Iraq: US calls off rescue operation; PKK join fight

Defense Department officials said Aug. 13 that US air-strikes and Kurdish forces have broken the ISIS siege of Mount Sinjar, allowing thousands of the Yazidis trapped there to escape. An initial report from some dozen Marines and Special Operations troops who arrived the previous day said that "the situation is much more manageable," a Defense official told the New York Times. Defense Secretary Chuck Hagel, speaking to reporters at Andrews Air Force Base, Md., said it is "far less likely now" that the US will undertake a rescue mission. A White House official said: "The president's decisive decisions [sic] in the immediate wake of the crisis kept people alive and broke the siege of the mountain." But Yazidi leaders and relief workers dispute the claim that the siege has been broken, asserting that tens of thousands of Yazidis remain on the mountain in desperate conditions. Speaking from her hospital bed in Istanbul, Vian Dakhil, a Yazidi member of Iraq's parliament who was injured in a helicopter crash on the mountain, said that up to 80,000 remain stranded there. "It's better now than it had been, but it's just not true that all of them are safe—they are not," Dakhil said. "Especially on the south side of the mountain, the situation is very terrible. There are still people who are not getting any aid." (NYT, NYT, Ahram, The Guardian)

While the rescue mission is apparently abandoned, President Obama said in a televised statement that "American air-strikes will continue in Iraq." And while Obama is continuing to resist Kurdish requests for heavy arms to fight ISIS, the US embassy in Iraq announced the delivery of 15 million pieces of ammunition to the Baghdad government, while confirming that 12 Iraqi pilots are in the United States for training on F-16 fighter jets. The statement praised the military cooperation between Baghdad and the Kurdish Regional Government (KRG) in Erbil. (

PKK joins the fight
The Kurdistan Workers' Party (PKK), designated a "terrorist organization" by the US for its armed struggle against the Turkish state, has joined with the KRG's Peshmerga force in the offensive against ISIS. The PKK last week issued a statement calling for all Kurdish factions to unite against ISIS. At Makhmour, Erbil governorate, a Maxmur Defense Forces have been formed to defend the town against ISIS, made up of both Peshmeraga troops and fighters from two militias aligned with the PKK, the People's Defense Forces (HPG, linked to Syria-based YPG) and the Free Women's Troops (YJA Star). 

The Maxmur Defense Forces issued a statement saying its operations were coordinated with US air-strikes in the Makhmour area. However, Defense Forces fighters interviewed by the indpendent Kurdish news agency Firat denied that they had received any warning of the US air-strikes, which they said hit empty areas, not ISIS positions. (ANF, Aug. 11; ANF, Aug. 9; WP, Middle East Eye, Aug. 5)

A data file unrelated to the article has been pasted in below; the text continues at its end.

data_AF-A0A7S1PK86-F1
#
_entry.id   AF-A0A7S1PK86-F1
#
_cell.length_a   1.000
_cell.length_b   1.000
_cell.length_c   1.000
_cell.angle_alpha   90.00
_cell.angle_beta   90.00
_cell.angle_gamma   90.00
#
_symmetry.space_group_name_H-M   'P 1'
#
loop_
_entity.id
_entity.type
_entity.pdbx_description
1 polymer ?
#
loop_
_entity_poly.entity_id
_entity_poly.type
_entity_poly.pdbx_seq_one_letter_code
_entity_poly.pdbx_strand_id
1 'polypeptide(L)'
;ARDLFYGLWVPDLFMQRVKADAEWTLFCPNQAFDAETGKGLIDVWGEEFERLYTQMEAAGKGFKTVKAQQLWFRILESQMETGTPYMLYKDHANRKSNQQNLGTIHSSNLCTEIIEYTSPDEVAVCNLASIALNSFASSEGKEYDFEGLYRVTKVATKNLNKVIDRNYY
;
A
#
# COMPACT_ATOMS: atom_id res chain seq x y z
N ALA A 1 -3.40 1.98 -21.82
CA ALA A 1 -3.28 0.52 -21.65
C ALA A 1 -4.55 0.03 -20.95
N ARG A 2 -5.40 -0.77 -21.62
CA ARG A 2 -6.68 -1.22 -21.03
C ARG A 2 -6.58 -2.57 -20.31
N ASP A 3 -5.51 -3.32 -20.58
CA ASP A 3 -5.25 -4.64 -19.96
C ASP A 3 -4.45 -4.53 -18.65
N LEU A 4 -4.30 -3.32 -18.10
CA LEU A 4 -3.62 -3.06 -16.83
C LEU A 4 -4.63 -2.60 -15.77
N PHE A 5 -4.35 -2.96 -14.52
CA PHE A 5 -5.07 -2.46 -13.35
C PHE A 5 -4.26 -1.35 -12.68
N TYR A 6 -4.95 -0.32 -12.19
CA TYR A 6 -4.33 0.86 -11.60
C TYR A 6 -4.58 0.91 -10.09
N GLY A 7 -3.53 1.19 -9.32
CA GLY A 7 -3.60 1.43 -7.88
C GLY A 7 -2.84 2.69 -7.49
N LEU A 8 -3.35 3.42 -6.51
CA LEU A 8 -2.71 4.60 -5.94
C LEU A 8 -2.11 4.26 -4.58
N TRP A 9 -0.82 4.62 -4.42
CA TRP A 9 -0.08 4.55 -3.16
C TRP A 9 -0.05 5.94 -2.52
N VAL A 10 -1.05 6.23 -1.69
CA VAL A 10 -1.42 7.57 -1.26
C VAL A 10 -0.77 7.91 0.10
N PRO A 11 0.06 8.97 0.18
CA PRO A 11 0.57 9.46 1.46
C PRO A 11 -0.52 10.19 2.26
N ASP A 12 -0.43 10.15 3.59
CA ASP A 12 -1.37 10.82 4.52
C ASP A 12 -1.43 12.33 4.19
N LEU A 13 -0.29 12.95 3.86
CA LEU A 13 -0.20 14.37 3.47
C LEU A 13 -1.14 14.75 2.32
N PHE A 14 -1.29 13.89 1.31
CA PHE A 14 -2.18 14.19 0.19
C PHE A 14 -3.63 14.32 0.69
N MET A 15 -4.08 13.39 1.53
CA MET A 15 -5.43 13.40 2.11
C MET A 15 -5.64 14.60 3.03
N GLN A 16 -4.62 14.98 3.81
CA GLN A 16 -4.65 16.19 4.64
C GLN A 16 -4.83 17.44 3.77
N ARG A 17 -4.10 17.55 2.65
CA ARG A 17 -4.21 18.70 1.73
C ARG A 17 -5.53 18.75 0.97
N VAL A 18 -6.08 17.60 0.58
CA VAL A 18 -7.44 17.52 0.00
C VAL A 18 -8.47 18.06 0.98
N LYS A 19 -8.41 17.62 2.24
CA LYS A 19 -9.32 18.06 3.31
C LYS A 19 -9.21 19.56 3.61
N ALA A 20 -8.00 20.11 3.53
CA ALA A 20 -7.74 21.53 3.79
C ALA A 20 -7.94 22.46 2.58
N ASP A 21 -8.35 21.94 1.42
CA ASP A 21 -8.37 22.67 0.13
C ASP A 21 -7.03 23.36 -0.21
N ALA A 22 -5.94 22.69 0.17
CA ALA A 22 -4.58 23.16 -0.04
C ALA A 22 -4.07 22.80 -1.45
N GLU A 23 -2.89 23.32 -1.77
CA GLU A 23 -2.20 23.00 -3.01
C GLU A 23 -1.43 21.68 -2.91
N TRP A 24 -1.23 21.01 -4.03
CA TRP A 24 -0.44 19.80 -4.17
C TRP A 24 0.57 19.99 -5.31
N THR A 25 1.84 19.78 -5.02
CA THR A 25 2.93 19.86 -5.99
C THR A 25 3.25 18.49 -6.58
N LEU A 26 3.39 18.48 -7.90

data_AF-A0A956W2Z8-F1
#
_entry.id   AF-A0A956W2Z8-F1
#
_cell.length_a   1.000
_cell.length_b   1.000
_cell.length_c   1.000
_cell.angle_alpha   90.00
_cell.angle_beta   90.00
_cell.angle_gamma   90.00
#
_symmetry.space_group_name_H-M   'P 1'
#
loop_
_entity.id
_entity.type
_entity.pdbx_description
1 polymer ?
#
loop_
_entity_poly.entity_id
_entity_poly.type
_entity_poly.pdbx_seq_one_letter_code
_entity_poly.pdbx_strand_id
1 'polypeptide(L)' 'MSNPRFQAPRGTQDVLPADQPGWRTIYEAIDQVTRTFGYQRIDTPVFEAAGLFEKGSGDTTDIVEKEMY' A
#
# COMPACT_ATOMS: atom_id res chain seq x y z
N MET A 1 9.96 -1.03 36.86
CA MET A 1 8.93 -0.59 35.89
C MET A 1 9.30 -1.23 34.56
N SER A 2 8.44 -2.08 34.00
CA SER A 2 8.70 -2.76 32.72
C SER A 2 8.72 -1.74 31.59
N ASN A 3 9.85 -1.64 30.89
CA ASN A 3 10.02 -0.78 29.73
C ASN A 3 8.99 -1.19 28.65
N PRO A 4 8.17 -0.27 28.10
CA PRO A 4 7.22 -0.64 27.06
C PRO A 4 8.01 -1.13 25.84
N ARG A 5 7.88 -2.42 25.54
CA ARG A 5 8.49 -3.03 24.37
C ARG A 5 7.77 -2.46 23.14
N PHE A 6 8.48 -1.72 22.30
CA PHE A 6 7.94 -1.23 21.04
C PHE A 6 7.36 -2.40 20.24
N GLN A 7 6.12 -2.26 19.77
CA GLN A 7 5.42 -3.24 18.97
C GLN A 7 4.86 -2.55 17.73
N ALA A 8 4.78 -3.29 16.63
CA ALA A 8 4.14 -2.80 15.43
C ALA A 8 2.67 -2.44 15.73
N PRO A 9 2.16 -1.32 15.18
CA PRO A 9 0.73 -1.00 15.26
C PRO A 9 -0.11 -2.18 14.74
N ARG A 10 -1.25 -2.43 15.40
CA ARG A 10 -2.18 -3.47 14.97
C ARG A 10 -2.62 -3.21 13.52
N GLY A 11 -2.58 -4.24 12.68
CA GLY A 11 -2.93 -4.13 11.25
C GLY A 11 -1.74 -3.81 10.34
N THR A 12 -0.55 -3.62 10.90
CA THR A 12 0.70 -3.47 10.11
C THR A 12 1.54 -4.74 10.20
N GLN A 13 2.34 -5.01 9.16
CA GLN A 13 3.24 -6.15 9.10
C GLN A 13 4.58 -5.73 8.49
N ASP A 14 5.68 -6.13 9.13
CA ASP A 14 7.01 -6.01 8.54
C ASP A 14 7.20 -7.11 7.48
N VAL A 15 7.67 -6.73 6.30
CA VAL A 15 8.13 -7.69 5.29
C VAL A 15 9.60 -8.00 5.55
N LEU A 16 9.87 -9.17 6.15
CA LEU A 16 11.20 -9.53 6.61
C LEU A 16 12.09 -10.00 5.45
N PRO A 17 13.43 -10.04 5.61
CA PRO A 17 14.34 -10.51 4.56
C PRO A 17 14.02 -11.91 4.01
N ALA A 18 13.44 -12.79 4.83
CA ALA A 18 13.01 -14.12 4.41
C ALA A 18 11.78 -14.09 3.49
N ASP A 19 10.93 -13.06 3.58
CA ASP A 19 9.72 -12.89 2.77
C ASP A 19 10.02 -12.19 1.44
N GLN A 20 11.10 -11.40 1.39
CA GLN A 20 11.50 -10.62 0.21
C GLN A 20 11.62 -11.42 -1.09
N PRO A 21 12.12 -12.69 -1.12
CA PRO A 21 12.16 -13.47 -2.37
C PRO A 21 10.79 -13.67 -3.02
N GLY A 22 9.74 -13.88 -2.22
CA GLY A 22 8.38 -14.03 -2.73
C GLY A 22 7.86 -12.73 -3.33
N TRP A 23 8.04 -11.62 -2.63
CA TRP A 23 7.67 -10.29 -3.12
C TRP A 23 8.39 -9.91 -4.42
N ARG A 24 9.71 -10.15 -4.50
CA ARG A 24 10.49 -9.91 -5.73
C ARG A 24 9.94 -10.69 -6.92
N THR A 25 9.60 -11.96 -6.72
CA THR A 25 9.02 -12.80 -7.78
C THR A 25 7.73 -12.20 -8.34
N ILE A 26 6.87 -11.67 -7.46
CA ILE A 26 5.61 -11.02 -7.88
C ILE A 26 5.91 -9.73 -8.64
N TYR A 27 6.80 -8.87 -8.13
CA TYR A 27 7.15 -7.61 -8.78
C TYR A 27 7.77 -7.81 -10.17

Yazidis still under threat
Two senior UN officials, Special Representative on Sexual Violence in Conflict Zainab Hawa Bangura and Special Representative of the UN Secretary-General for Iraq Nickolay Mladenov issued a joint statement from Baghdad: "We are gravely concerned by continued reports of acts of violence, including sexual violence against women and teenage girls and boys belonging to Iraqi minorities… Atrocious accounts on the abduction and detention of Yazidi, Christian, as well as Turkomen and Shabak women, girls and boys, and reports of savage rapes, are reaching us in an alarming manner… We condemn, in the strongest terms, the explicit targeting of women and children and the barbaric acts the 'Islamic State of Iraq and the Levant' has perpetrated on minorities in areas under its control, and we remind all armed groups that acts of sexual violence are grave human rights violations that can be considered as war crimes and crimes against humanity." The statement warned that some 1,500 Yazidis and Christians may have been forced into sexual slavery. (Jurist, United Nations Iraq)

A Yazidi woman told the Kurdish news agency Rudaw that three of her daughters committed suicide after they were raped by ISIS militants and were later allowed to join their family on Mount Shingal. The mother said: "My daughters were calling on people to kill them, but no one wanted to do that. So they jumped from the mountain and ended their bitter life." The mother reportedly recounted her daughters' story on camera, but YPG fighters on the mountain seized the Rudaw camera and erased the tape. (Rudaw)

Battle for Fallujah
The United Nations has declared a Level 3 Emergency—its highest category—in Iraq, noting heavy fighting at the ISIS-held city of Fallujah, just 65 kilometers west of Baghdad in Anbar governorate. (Al Jazeera) Following the Syrian regime, Baghdad has resorted to raining crude but deadly barrel bombs on Fallujah. Rudaw reports that while residents know there are few measures they can take against the destruction, for the sake of comforting themselves they go through a routine of trying to protect themselves. "We start by turning off the lights at home and assembling all family members in one room," said one resident. (Rudaw, July 28)

Maliki steps down
Nouri al-Maliki finally bowed to pressure from all sides and stepped down as prime minister, allowing Haider al-Abadi to take office. Maliki's move was influenced by the statement of Iraq's most senior Shi'ite religious leader, Ayatollah Ali al-Sistani, who urged him to step down. Iran and the US both threw their support behind Abadi. (Al Jazeera, BBC News)